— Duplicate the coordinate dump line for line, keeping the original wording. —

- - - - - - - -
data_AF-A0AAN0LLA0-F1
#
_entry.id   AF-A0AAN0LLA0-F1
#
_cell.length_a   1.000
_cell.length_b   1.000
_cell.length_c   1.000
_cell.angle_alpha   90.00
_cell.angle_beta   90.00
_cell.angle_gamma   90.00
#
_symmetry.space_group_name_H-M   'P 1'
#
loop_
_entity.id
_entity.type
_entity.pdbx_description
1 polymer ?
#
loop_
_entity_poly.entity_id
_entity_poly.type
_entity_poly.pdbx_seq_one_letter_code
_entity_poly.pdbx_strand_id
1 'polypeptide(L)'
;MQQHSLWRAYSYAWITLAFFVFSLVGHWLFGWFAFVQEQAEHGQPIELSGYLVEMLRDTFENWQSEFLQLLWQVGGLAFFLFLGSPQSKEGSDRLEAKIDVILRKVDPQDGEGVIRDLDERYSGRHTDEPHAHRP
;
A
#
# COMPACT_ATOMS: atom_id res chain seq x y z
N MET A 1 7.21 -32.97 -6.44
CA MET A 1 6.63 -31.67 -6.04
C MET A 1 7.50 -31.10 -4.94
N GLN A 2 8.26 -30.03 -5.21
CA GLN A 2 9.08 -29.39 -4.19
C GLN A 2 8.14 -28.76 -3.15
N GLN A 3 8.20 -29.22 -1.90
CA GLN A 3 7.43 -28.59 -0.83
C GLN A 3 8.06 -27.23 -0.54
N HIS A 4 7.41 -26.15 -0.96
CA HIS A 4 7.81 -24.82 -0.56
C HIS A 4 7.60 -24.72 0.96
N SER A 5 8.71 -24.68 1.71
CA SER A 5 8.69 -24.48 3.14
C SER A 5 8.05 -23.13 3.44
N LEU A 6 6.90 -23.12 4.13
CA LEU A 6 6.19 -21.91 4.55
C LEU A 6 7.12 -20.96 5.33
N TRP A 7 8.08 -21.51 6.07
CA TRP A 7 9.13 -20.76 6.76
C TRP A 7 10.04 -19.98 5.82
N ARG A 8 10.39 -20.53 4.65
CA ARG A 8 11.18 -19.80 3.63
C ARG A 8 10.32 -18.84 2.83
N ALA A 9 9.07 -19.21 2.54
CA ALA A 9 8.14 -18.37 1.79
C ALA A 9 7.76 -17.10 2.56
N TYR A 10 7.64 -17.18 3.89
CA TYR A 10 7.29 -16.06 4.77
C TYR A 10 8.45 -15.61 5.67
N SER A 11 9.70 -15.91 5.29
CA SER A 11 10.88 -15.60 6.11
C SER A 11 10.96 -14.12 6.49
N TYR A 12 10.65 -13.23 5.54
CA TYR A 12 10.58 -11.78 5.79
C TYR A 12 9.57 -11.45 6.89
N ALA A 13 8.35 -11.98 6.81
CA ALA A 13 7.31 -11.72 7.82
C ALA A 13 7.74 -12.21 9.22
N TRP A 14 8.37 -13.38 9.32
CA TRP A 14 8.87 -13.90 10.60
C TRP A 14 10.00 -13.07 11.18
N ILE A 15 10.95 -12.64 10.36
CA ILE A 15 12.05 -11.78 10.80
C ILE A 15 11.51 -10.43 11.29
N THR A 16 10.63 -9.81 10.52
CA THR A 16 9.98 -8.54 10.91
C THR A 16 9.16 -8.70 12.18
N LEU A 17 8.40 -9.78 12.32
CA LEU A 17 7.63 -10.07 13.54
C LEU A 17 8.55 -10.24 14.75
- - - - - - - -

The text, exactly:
data_AF-A0AAN0LLA0-F1
#
_entry.id   AF-A0AAN0LLA0-F1
#
_cell.length_a   1.000
_cell.length_b   1.000
_cell.length_c   1.000
_cell.angle_alpha   90.00
_cell.angle_beta   90.00
_cell.angle_gamma   90.00
#
_symmetry.space_group_name_H-M   'P 1'
#
loop_
_entity.id
_entity.type
_entity.pdbx_description
1 polymer ?
#
loop_
_entity_poly.entity_id
_entity_poly.type
_entity_poly.pdbx_seq_one_letter_code
_entity_poly.pdbx_strand_id
1 'polypeptide(L)'
;MQQHSLWRAYSYAWITLAFFVFSLVGHWLFGWFAFVQEQAEHGQPIELSGYLVEMLRDTFENWQSEFLQLLWQVGGLAFFLFLGSPQSKEGSDRLEAKIDVILRKVDPQDGEGVIRDLDERYSGRHTDEPHAHRP
;
A
#
# COMPACT_ATOMS: atom_id res chain seq x y z
N MET A 1 7.21 -32.97 -6.44
CA MET A 1 6.63 -31.67 -6.04
C MET A 1 7.50 -31.10 -4.94
N GLN A 2 8.26 -30.03 -5.21
CA GLN A 2 9.08 -29.39 -4.19
C GLN A 2 8.14 -28.76 -3.15
N GLN A 3 8.20 -29.22 -1.90
CA GLN A 3 7.43 -28.59 -0.83
C GLN A 3 8.06 -27.23 -0.54
N HIS A 4 7.41 -26.15 -0.96
CA HIS A 4 7.81 -24.82 -0.56
C HIS A 4 7.60 -24.72 0.96
N SER A 5 8.71 -24.68 1.71
CA SER A 5 8.69 -24.48 3.14
C SER A 5 8.05 -23.13 3.44
N LEU A 6 6.90 -23.12 4.13
CA LEU A 6 6.19 -21.91 4.55
C LEU A 6 7.12 -20.96 5.33
N TRP A 7 8.08 -21.51 6.07
CA TRP A 7 9.13 -20.76 6.76
C TRP A 7 10.04 -19.98 5.82
N ARG A 8 10.39 -20.53 4.65
CA ARG A 8 11.18 -19.80 3.63
C ARG A 8 10.32 -18.84 2.83
N ALA A 9 9.07 -19.21 2.54
CA ALA A 9 8.14 -18.37 1.79
C ALA A 9 7.76 -17.10 2.56
N TYR A 10 7.64 -17.18 3.89
CA TYR A 10 7.29 -16.06 4.77
C TYR A 10 8.45 -15.61 5.67
N SER A 11 9.70 -15.91 5.29
CA SER A 11 10.88 -15.60 6.11
C SER A 11 10.96 -14.12 6.49
N TYR A 12 10.65 -13.23 5.54
CA TYR A 12 10.58 -11.78 5.79
C TYR A 12 9.57 -11.45 6.89
N ALA A 13 8.35 -11.98 6.81
CA ALA A 13 7.31 -11.72 7.82
C ALA A 13 7.74 -12.21 9.22
N TRP A 14 8.37 -13.38 9.32
CA TRP A 14 8.87 -13.90 10.60
C TRP A 14 10.00 -13.07 11.18
N ILE A 15 10.95 -12.64 10.36
CA ILE A 15 12.05 -11.78 10.80
C ILE A 15 11.51 -10.43 11.29
N THR A 16 10.63 -9.81 10.52
CA THR A 16 9.98 -8.54 10.91
C THR A 16 9.16 -8.70 12.18
N LEU A 17 8.40 -9.78 12.32
CA LEU A 17 7.63 -10.07 13.54
C LEU A 17 8.55 -10.24 14.75